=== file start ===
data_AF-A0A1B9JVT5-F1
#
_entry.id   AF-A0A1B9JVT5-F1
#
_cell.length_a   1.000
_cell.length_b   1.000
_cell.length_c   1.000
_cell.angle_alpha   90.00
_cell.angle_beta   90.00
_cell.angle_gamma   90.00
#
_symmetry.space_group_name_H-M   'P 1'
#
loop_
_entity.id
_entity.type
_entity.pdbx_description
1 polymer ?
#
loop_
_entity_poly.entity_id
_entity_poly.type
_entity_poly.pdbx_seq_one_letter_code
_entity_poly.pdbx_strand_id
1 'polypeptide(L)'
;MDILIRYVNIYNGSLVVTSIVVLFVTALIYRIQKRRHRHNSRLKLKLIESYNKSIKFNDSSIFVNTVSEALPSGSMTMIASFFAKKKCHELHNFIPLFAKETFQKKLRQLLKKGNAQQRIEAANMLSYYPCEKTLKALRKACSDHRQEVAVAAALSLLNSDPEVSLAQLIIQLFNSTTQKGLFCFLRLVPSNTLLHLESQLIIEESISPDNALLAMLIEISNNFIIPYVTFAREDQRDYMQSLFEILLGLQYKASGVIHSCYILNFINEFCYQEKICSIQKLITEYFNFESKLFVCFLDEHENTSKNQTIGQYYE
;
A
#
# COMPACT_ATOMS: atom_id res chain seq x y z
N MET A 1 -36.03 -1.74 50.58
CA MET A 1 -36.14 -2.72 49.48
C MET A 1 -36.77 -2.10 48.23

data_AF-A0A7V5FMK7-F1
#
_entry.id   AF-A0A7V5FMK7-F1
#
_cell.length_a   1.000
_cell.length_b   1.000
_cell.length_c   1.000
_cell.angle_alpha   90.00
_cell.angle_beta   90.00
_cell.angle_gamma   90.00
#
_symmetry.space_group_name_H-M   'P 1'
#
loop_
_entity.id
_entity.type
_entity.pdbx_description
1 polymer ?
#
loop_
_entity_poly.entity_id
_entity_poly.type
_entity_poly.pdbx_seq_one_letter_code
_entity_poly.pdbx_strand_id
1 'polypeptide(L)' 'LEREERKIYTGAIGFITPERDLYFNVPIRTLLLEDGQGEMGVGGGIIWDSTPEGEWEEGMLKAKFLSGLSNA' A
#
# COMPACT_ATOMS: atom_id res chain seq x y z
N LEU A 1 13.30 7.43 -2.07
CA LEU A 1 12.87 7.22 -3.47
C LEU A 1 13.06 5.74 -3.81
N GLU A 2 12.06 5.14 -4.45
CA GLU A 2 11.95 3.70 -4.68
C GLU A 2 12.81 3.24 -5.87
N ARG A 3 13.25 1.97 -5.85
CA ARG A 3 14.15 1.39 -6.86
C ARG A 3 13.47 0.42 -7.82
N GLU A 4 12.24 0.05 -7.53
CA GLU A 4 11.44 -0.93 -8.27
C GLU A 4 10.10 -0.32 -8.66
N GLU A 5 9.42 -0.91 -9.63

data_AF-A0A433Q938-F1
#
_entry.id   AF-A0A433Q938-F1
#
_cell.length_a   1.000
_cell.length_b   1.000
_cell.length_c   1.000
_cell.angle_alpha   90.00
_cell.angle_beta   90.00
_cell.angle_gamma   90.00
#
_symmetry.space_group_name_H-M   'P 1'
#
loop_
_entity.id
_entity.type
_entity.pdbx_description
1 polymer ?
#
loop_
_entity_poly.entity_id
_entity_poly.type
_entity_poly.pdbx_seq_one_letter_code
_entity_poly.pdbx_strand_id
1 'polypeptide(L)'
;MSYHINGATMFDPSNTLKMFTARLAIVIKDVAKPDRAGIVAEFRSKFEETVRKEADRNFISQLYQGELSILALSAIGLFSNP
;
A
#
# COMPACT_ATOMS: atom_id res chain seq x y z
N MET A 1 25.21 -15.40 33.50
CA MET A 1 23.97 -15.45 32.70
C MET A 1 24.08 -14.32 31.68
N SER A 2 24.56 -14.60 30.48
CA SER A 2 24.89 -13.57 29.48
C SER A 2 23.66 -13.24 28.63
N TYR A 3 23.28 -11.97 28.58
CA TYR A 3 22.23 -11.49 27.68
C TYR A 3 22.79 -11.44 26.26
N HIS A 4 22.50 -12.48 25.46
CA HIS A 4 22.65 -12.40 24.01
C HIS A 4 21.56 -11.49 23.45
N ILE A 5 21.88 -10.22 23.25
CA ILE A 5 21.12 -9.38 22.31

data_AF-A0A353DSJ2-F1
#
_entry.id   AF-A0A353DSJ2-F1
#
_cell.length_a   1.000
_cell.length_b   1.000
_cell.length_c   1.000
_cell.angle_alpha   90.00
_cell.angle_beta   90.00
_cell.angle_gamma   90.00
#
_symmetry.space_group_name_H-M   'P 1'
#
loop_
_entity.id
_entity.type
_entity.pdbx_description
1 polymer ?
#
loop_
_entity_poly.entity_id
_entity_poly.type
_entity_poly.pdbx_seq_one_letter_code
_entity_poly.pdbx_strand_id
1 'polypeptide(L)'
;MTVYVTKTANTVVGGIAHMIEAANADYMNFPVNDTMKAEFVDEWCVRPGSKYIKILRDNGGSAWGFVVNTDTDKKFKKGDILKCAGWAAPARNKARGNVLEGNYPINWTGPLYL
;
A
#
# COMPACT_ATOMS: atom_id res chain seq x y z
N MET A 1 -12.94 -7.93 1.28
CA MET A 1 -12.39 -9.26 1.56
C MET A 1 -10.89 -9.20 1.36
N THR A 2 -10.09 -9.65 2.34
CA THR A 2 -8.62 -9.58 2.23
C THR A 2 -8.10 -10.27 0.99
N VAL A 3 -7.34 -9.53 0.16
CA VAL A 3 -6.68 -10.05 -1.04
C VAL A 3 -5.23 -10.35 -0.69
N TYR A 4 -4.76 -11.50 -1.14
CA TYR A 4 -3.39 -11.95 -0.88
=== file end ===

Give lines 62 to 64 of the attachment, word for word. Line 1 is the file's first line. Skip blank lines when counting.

CA LEU A 1 12.87 7.22 -3.47
C LEU A 1 13.06 5.74 -3.81
N GLU A 2 12.06 5.14 -4.45